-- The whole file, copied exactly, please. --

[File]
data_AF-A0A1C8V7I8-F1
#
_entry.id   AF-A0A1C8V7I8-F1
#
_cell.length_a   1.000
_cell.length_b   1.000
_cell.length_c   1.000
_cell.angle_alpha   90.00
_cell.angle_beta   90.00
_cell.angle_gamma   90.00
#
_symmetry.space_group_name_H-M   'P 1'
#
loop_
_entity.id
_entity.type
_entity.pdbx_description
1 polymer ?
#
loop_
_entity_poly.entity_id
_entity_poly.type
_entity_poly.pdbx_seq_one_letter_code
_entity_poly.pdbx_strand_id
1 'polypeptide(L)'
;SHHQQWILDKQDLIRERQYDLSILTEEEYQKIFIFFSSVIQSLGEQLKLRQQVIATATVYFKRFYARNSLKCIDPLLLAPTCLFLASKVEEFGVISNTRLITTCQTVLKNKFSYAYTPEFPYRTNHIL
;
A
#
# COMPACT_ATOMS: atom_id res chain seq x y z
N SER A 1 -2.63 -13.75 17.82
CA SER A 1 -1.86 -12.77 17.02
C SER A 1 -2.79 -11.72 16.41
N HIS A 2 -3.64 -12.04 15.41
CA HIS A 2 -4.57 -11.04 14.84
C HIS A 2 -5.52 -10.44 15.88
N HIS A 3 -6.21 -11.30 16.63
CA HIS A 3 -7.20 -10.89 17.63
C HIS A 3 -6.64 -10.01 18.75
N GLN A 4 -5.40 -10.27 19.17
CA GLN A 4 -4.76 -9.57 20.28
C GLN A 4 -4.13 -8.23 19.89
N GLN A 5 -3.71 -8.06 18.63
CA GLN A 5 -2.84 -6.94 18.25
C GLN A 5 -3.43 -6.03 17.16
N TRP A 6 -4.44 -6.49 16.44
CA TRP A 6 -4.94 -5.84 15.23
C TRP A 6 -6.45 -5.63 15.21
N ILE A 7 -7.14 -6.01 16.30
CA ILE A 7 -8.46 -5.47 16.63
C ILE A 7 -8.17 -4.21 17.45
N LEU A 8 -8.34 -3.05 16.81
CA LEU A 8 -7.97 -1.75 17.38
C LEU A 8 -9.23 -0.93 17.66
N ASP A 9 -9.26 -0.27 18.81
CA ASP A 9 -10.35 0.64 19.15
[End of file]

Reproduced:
data_AF-A0A1C8V7I8-F1
#
_entry.id   AF-A0A1C8V7I8-F1
#
_cell.length_a   1.000
_cell.length_b   1.000
_cell.length_c   1.000
_cell.angle_alpha   90.00
_cell.angle_beta   90.00
_cell.angle_gamma   90.00
#
_symmetry.space_group_name_H-M   'P 1'
#
loop_
_entity.id
_entity.type
_entity.pdbx_description
1 polymer ?
#
loop_
_entity_poly.entity_id
_entity_poly.type
_entity_poly.pdbx_seq_one_letter_code
_entity_poly.pdbx_strand_id
1 'polypeptide(L)'
;SHHQQWILDKQDLIRERQYDLSILTEEEYQKIFIFFSSVIQSLGEQLKLRQQVIATATVYFKRFYARNSLKCIDPLLLAPTCLFLASKVEEFGVISNTRLITTCQTVLKNKFSYAYTPEFPYRTNHIL
;
A
#
# COMPACT_ATOMS: atom_id res chain seq x y z
N SER A 1 -2.63 -13.75 17.82
CA SER A 1 -1.86 -12.77 17.02
C SER A 1 -2.79 -11.72 16.41
N HIS A 2 -3.64 -12.04 15.41
CA HIS A 2 -4.57 -11.04 14.84
C HIS A 2 -5.52 -10.44 15.88
N HIS A 3 -6.21 -11.30 16.63
CA HIS A 3 -7.20 -10.89 17.63
C HIS A 3 -6.64 -10.01 18.75
N GLN A 4 -5.40 -10.27 19.17
CA GLN A 4 -4.76 -9.57 20.28
C GLN A 4 -4.13 -8.23 19.89
N GLN A 5 -3.71 -8.06 18.63
CA GLN A 5 -2.84 -6.94 18.25
C GLN A 5 -3.43 -6.03 17.16
N TRP A 6 -4.44 -6.49 16.44
CA TRP A 6 -4.94 -5.84 15.23
C TRP A 6 -6.45 -5.63 15.21
N ILE A 7 -7.14 -6.01 16.30
CA ILE A 7 -8.46 -5.47 16.63
C ILE A 7 -8.17 -4.21 17.45
N LEU A 8 -8.34 -3.05 16.81
CA LEU A 8 -7.97 -1.75 17.38
C LEU A 8 -9.23 -0.93 17.66
N ASP A 9 -9.26 -0.27 18.81
CA ASP A 9 -10.35 0.64 19.15